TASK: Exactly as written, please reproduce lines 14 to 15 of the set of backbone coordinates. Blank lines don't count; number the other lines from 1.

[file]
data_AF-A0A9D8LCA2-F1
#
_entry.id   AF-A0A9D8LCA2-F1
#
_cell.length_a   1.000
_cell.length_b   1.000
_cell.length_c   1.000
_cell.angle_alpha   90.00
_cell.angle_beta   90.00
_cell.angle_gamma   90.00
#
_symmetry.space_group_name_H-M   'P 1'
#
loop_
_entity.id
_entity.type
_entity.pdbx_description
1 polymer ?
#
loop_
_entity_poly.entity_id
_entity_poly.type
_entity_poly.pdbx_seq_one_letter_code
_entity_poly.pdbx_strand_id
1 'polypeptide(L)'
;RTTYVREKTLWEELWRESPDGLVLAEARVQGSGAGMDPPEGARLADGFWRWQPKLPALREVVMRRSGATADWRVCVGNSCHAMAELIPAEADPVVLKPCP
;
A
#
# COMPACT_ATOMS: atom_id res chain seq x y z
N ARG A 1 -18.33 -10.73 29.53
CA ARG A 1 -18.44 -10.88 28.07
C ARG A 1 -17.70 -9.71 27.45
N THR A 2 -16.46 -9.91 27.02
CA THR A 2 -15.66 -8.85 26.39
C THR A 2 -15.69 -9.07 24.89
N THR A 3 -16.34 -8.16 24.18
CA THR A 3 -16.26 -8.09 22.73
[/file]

loop_
_entity.id